Yesterday, Americans celebrated Groundhog’s Day, an odd, but perhaps also endearing tradition to welcome the coming of spring. Although Punxsutawney Phil may be unique, traditions that say good-bye to winter and welcome spring are not. From Poland’s drowning of the Marzanna (a straw doll) to throwing colored powder at each other in India’s Holi, the celebration of spring after a long winter is important in cultures across the globe.

The Balkans has its fair share of spring traditions as well. Many of them share characteristics of their neighbors, no doubt from centuries of cross-cultural contact. From giant vats to scrambled eggs to red and white woven bracelets tied to trees, the coming of spring is a time for celebration across the Balkans.

cimburijada
A Large Pot of Cimbur (scrambled eggs) | Travel Channel

Cimburijada (Bosnia)

In the city of Zenica, Bosnia, the townspeople celebrate the coming of spring with a giant breakfast: Cimburijada is literally the Festival of Scrambled Eggs. At the crack of dawn on March 21st (the first day of spring), everyone heads down to the Kamberovića field, next to the Bosna River, to celebrate together. Many even pitch tents there the night before so they don’t miss the sunrise. Although some people jump in the river, the biggest part of this day (literally) is the breakfast, a ginormous pot of cimbur, or scrambled eggs, for the town. Eating breakfast with friends and family is the traditional way of celebrating the coming of spring every year.

Marti (Greece)

marti-on-a-tree
March bracelets hanging from a fruit tree | Greeker than the Greeks Blog

In Greece, there is the tradition of the Marti (μάρτης). The marti is a bracelet made of red and white thread. Although the tradition is especially for children, adults follow it too, although it is especially popular in rural areas of Greece today. Mothers often make the bracelets for their children, but they are supposed to be given as gifts too. Greeks put the bracelet on starting on the first of March, and don’t take it off until the month is over. The bracelets were supposed to protect children’s cheeks against the rays of the sun, which were supposed to be especially strong in March. One theory about the colors is that they symbolize a rosy cheeks and a white complexion. To provide double protection, the evil eye is frequently being added to these bracelets nowadays too.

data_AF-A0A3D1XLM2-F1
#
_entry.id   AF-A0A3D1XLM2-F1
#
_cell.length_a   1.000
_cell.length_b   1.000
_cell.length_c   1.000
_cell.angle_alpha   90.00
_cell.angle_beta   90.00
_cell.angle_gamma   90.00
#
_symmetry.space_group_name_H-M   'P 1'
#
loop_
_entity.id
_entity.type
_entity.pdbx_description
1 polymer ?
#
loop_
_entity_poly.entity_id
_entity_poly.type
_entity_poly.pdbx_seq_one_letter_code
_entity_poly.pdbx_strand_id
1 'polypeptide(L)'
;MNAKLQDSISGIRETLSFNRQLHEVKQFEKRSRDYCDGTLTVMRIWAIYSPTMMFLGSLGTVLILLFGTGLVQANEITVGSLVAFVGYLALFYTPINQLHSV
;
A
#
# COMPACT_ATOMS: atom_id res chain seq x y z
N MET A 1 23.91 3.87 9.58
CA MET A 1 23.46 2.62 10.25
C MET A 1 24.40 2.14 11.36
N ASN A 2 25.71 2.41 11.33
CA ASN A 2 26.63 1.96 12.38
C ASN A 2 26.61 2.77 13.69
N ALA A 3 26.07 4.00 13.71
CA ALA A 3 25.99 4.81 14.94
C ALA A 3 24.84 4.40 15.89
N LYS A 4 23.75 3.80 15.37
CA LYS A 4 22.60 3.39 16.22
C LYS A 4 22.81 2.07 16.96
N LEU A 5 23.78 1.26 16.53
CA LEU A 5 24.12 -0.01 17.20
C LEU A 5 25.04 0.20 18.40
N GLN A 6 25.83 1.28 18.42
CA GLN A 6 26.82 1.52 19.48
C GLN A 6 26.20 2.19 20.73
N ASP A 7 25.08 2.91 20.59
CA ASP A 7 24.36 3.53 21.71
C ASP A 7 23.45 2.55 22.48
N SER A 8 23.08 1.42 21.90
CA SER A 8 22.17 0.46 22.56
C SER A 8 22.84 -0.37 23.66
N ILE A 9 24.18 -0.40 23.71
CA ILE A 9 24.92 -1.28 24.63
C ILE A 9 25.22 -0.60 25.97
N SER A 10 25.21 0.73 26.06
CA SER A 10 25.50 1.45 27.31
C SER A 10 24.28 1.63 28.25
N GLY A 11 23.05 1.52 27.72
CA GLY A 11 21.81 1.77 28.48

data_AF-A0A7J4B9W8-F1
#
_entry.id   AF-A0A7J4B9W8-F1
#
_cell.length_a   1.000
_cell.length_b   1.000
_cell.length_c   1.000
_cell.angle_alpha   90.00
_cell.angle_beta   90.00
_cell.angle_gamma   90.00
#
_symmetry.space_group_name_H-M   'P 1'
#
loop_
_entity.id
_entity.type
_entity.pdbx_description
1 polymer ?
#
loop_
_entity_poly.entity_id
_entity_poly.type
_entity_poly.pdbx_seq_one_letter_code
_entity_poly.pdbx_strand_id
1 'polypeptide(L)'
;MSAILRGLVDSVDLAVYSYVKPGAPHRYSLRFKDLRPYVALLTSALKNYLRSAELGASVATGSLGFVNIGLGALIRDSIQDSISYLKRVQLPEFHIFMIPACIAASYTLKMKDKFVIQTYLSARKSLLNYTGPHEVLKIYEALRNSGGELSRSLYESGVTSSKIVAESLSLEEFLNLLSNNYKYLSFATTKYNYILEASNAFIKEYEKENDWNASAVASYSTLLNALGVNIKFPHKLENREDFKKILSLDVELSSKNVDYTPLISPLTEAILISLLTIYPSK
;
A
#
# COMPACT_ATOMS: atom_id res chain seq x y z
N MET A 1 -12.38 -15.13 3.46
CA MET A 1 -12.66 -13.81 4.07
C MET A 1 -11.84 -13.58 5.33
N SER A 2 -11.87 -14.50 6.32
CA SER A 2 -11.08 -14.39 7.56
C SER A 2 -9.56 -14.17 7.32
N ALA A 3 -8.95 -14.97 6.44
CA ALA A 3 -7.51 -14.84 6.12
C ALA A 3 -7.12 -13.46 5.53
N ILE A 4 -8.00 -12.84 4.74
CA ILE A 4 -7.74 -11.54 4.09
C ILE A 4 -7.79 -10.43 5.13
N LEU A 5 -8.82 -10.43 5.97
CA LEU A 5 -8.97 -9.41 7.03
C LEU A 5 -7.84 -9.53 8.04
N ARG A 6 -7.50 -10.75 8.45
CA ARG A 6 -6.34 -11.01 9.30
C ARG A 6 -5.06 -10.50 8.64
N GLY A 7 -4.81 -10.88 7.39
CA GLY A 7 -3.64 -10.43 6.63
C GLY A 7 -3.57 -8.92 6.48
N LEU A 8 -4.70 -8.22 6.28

The tradition supposedly has its origins in the Eleusinian Mysteries of Ancient Greece, where the participants wore a threaded bracelet around their right hand and left foot. The tradition varies a bit by region in Greece. In some areas, the bracelet is put on rose bushes for swallows to pick up and build their nests; in others, the bracelet is tied around pitchers to keep them cold or trees to make them bear fruit.

Baba Marta (Bulgaria)

a-bulgarian-martenitsa-hanging-on-a-tree-gustav-flickr
A Bulgarian Martenitsa Hanging on a Tree | Gustav @ Flickr

Bulgarians celebrate Baba Marta Day on March 1st. Baba Marta (Баба Марта | Grandma Marta) is a mythical cranky old witch who, if not treated kindly, will make the cold and bleak winter last longer. But seeing red fabric apparently made Baba Marta laugh, and her laughter made the sun shine again. She is supposedly a very mercurial individual, symbolizing the fickleness of weather during the early stages of spring.

To celebrate the day, Bulgarians pass out and wear Martenitsa, woolen adornments that are the same red and white colors as the Greek Marti. In Bulgaria, the white symbolizes beauty and purity, while the red symbolizes health, fertility, and love – and they don’t protect against sunburnt cheeks. They can be worn pinned to clothes or as bracelets, and the bracelets often have things woven into them, such as beads, horse hair, and iron rings. Small woolen dolls are a common version. Once they have seen the first stork of spring, Bulgarians must take the martenitsa off and put it on a blooming tree. According to some stories, the tradition goes back to the time of Khan Asparukh, a Bulgar khan from the 7th century.

Martisor (Romania)

a-romanian-spring-martisor-from-2012-with-traditional-string-and-snowdrop-motif-andreirusan